Urgent Need for Fast Dx to Help Tackle Antibiotic Resistance
News Nov 18, 2014
DNA Electronics highlights the urgent need for fast diagnostics to help tackle the growing threat of antibiotic resistance.
“Time is a critical factor in survival for the treatment of the serious condition of sepsis which can arise from blood infections. DNAe is committed to the development of a test that enables clinicians to intervene effectively before sepsis sets in,” said Professor Chris Toumazou, inventor of a game-changing DNA sequencing based diagnostic platform, and founder and CEO of DNAe.
A recent survey1 of over 1,000 GPs in the UK found that 28% prescribe antibiotics ‘several times a week’ even when they are not medically necessary. Almost a quarter say that this is because there is a lack of easy-to-use diagnostic tools. Improved diagnostics will play an important role in tackling antibiotic resistance by ensuring that actionable information is provided to clinicians fast; saving lives by enabling the right treatment at the right time.
“We support the co-ordinated efforts made by multiple stakeholders around the world to raise awareness of the issue of resistance to antibiotics – but without action to change behaviour, improve diagnostics, reduce unnecessary prescriptions and develop new antibiotics we face a future where modern medicine as we know it is no longer possible, with everyday bacterial infections leading to complications and death, as they did before antibiotics were discovered,” Professor Toumazou added.
DNAe also welcomes the opening of entries for the £10 million Longitude Prize 2014, who conducted the GP survey. The prize is to be awarded for an accurate, rapid, cost-effective and easy-to-use point-of-need diagnostic test to ensure the patients receive the right antibiotics at the right time. Antibiotic resistance was chosen as the challenge in a public vote earlier this year.
DNAe is well placed to address the Longitude Prize challenge. The Company’s number 1 goal is to meet the high degree of unmet medical need in the treatment of pre-sepsis with a rapid, accurate and affordable diagnostic device that can deliver results in hours not days.
“37,000 people die in the UK every year from sepsis, more than lung cancer or bowel cancer. Currently, treatment decisions are made without identifying the disease agent” said Steve Allen, Chief Operating Officer of DNAe, “the often unnecessary prescription of the most powerful, but ineffectual antibiotics worsens the global crisis of antimicrobial resistance and at the moment there is no viable solution.”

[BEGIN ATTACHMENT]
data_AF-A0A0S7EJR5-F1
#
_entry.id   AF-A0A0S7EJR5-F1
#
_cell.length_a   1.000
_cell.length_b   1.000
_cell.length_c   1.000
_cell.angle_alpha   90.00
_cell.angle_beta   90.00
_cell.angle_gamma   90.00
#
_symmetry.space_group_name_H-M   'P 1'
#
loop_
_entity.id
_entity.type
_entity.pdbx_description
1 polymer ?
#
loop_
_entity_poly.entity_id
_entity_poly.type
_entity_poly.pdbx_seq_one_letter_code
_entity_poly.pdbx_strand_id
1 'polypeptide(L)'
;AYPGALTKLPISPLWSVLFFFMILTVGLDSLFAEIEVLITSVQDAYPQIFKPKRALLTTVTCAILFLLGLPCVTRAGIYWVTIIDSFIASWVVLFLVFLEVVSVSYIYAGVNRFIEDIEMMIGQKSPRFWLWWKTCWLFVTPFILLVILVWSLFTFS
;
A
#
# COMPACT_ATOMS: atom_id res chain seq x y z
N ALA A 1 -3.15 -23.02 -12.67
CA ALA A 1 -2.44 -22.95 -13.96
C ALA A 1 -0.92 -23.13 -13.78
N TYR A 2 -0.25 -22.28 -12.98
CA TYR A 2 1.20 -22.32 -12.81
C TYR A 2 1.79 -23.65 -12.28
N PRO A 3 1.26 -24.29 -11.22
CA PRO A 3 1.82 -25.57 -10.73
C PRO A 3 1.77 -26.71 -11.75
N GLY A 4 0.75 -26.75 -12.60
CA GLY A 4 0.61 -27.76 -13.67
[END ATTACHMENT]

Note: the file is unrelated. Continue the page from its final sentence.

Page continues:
Based on semiconductor DNA sequencing technology invented by Professor Toumazou, DNAe’s Genalysis® system translates chemically-encoded information in DNA into digital information on a semiconductor chip. This invention has been recognised this year with the EPO Inventor of the Year Award going to Professor Toumazou. He has also been honoured with the UK Institution of Engineering and Technology’s highest accolade, the Faraday Medal, which he will receive at a ceremony tomorrow.
Professor Chris Toumazou indicates that DNAe will be looking at entering the Longitude Prize, saying, “European Antibiotic Awareness Day plays an important role in highlighting the scale of the crisis, but critically how we can work together to help tackle it. By taking on the Longitude Prize’s challenge of developing faster, cheaper and more accessible diagnostics, we can ensure that clinicians receive actionable, accurate DNA-specific information on which to make informed treatment decisions. This can literally be the difference between life and death for some critically ill patients, and has the potential to save thousands of lives.
“Our mission at DNAe is to take our Genalysis® technology and apply it to an area where its speed, scalability and low cost can make the biggest difference to the lives of patients. Sepsis is one of the leading causes of death in the UK and at present the tools just don’t exist to recognise pre-sepsis and to enable it to be treated early. We aim to be able to deliver results to clinicians on-screen in just 2-3 hours from patient sample to result, enabling the right antibiotic to be prescribed and helping to prevent the increase in antibiotic resistance.”
Previous work by the International Multiple Sclerosis Genetics Consortium (IMSGC) has identified 233 genetic risk variants. However, these only account for about 20% of overall disease risk, with the remaining genetic culprits proving elusive. A new study has tracked down four of these hard-to-find genes.READ MORE